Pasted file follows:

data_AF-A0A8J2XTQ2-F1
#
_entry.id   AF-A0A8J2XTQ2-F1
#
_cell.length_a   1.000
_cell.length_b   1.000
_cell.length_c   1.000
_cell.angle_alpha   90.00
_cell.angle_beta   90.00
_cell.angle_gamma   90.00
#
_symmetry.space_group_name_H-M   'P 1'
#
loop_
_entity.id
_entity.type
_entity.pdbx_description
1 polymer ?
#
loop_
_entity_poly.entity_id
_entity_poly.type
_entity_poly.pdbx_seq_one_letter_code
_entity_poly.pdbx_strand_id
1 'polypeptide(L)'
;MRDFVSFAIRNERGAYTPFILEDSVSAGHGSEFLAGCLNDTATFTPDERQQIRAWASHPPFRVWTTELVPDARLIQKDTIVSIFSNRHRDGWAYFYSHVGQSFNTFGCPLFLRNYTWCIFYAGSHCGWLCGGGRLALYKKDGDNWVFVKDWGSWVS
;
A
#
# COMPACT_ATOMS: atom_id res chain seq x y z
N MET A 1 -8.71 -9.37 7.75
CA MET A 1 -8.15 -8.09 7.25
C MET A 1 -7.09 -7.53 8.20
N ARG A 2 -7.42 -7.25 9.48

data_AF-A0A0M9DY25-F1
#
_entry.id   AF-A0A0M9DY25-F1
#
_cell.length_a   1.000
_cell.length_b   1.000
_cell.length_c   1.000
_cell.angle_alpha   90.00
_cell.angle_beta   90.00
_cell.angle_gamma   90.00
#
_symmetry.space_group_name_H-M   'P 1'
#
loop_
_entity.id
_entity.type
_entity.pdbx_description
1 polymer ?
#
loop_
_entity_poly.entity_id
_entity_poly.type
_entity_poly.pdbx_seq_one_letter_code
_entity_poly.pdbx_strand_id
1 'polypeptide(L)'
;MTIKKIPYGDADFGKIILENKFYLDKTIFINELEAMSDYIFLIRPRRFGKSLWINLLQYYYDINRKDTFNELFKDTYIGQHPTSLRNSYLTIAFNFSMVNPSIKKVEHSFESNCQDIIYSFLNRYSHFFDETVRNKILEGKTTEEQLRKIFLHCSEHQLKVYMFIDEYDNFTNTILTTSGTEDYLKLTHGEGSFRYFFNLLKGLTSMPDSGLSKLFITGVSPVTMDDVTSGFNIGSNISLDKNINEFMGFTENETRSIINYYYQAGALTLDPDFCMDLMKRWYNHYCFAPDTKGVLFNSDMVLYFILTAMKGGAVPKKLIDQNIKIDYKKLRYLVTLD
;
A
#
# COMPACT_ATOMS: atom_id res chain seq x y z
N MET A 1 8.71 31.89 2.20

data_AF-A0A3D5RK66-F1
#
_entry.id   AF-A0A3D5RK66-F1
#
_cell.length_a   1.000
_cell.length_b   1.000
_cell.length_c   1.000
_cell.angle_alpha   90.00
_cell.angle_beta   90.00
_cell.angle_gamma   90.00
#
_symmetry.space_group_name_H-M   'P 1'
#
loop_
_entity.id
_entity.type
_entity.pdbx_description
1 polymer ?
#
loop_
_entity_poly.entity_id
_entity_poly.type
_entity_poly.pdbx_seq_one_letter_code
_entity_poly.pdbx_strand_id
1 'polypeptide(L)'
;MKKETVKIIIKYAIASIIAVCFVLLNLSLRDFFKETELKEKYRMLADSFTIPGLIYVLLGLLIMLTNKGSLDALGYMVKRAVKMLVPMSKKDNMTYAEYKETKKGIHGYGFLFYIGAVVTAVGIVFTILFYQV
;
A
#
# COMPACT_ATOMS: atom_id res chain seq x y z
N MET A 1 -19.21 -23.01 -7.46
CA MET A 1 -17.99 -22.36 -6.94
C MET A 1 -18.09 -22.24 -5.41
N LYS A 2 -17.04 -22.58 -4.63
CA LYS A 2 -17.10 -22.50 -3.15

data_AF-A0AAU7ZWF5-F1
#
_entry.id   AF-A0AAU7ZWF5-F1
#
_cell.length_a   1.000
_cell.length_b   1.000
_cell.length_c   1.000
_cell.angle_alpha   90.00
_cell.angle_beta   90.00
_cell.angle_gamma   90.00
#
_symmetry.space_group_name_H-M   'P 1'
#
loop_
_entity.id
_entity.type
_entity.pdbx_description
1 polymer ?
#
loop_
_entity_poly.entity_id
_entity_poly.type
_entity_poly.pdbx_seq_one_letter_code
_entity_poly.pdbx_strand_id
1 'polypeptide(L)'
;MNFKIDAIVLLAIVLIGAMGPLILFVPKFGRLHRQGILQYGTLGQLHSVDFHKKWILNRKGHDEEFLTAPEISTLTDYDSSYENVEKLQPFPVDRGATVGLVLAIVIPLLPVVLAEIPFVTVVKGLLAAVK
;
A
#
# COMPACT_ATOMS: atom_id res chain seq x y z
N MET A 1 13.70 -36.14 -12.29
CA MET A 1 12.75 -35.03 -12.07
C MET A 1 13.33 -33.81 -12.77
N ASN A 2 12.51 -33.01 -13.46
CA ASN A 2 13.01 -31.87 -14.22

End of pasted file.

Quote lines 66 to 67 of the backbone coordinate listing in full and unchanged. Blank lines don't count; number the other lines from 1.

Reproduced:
data_AF-A0A3D5RK66-F1
#